Actions in 40 B.C. communities call for an end to fracking
March 27, 2023
Unceded and treaty territories across B.C. — British Columbians woke up this morning to 33 handmade banners and thousands of posters covering communities across the province calling for an end to fracking.
Photos from the demonstrations will be available here for media use and updated throughout the day.
These demonstrations were supported by Frack Free BC – a new, broad based alliance of organizations and individuals working to end fracking in B.C that launched last year at Premier David Eby’s cabinet swearing-in ceremony. Frack Free BC is calling on the Premier to stop issuing new permits for gas wells, set a date to phase out existing production, and develop a plan to support workers and communities to transition to a sustainable economy. On Sunday evening and Monday morning, nearly 100 local groups across the province put up posters and hung banners in their communities to draw attention to fracking, a dangerous practice used in 91 percent of B.C. gas production.
Pollution from B.C.’s gas industry is poised to explode if the five proposed liquified natural gas (LNG) projects that the province is currently considering on the West Coast are approved, built, and supplied with fracked gas. This concern was heightened last week when the province approved the controversial Cedar LNG project.
Fracking and LNG exports are among the highest stakes political issues for the BC NDP. B.C.’s oil and gas industry is already responsible for 19 percent of the province’s total greenhouse gas emissions — largely driven by fracking. With B.C. already projected to fall short of its 2030 target, and communities facing increased health risks from fracking, it is past time for Premier Eby to act.
QUOTES FROM FRACK FREE BC MEMBERS
“Everybody agrees we have got to stop burning fossil fuels, but the province doesn’t seem to accept that means we need to end fracking for gas. If governments have one job it is to keep their citizens safe. In a climate emergency that means phasing out these polluting products, not building a brand new LNG export industry.”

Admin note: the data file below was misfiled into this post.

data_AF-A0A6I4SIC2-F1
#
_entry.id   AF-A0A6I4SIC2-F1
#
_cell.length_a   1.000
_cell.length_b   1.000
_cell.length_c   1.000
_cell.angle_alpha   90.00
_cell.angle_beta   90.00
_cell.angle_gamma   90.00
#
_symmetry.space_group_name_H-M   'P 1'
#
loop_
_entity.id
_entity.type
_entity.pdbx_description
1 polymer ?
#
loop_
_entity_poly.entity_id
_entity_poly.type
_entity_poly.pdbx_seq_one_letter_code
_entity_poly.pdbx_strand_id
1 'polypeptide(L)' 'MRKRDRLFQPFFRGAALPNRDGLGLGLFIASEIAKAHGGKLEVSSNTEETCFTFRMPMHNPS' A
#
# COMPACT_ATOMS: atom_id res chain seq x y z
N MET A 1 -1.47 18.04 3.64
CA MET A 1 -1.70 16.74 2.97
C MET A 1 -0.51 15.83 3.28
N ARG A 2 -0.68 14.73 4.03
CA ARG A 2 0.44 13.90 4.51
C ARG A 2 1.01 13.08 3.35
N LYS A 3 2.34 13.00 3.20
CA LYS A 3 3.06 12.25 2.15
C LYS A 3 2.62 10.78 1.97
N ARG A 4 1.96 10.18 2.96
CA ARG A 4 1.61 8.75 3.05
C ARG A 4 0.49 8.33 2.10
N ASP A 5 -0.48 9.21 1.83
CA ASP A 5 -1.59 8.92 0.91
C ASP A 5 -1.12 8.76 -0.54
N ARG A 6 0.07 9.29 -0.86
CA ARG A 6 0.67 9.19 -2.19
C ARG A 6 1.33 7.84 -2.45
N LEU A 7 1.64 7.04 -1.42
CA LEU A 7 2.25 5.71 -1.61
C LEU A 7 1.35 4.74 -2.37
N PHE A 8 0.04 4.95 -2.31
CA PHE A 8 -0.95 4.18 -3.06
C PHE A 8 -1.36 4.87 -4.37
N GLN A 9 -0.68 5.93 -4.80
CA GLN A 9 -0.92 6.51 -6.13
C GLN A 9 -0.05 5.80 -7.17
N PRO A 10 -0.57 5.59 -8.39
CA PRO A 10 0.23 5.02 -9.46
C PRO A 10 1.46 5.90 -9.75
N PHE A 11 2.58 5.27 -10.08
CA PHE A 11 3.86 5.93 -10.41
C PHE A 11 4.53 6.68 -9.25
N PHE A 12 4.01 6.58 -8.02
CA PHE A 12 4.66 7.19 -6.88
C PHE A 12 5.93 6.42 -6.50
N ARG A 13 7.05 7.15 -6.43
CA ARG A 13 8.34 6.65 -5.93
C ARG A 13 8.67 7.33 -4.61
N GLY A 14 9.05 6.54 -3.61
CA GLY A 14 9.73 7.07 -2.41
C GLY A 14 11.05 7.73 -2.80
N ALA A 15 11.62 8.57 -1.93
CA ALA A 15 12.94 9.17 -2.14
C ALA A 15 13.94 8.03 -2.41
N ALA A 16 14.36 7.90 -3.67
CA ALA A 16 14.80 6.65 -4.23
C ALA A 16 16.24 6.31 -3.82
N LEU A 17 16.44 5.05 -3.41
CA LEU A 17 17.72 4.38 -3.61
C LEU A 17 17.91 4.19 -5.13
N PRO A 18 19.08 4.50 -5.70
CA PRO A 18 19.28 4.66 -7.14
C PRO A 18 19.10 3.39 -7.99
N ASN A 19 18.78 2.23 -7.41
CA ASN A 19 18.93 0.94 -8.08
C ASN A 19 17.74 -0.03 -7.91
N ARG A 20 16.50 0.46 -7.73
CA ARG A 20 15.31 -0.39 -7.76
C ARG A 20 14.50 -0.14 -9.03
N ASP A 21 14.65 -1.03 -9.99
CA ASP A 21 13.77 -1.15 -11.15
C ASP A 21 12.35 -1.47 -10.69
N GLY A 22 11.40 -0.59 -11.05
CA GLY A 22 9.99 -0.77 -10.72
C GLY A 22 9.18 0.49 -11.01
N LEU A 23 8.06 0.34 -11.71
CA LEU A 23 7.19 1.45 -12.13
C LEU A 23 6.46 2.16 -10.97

Peter McCartney, Climate Campaigner, Wilderness Committee
“From Kitimat to Kelowna and Vernon to Victoria, people are pushing back against the fracking industry’s bid for ever more permits, pipelines and LNG terminals. With critical decisions coming up, Cabinet ministers must choose whether to pad the profits of companies like Shell and Enbridge, or stand up for the people of B.C.”
Alexandra Woodsworth, Director of Organizing, DogwoodBC
“Most British Columbians would be shocked to learn that there are over 30,000 fracking wells in B.C.’s northeast, a number that could double in the next decade, if Premier Eby chooses not to stand up against LNG expansion. Fortunately it’s not too late, – if the B.C. government cancels fossil fuel subsides, and puts a moratorium on new fracking wells, – we can still get back on track to meeting our climate targets.”
Kiki Wood, Senior Oil and Gas Campaigner, Stand.earth
“I firmly believe it is time BC and Canada followed the example of various European nations in banning fracking. Even the Conservative government in the UK has done so. Fracking is immoral because it leaks methane, pollutes groundwater, and causes mini-earthquakes. It is very harmful to the environment because methane is a greenhouse gas 82-times more powerful than CO2. The United Nations has identified it as a major cause of global warming. No new fracking should be permitted in the BC Peace country. Stop fracking now!”
Dave Gregory, Nelson chapter of the Council of Canadians
Allison Murray, Communications Consultant, email@example.com, 604-442-1846
List of locations
- Bowen Island
- Cowichan Bay
- Denman Island
- Galiano Island
- Halfmoon Bay
- Horseshoe Bay
- New Westminster
- North Saanich
- North Vancouver
- Pender Island
- Port Alberni
- Port Moody
- Powell River
- Quathiaski Cove
- West Kelowna
Frack Free BC is a broad-based alliance of organizations and individuals working to end fracking in B.C. It is made up of allied organizations including NGOs, Indigenous partners, grassroots organizations, community groups, and individuals who are organizing their communities to end fracking in BC.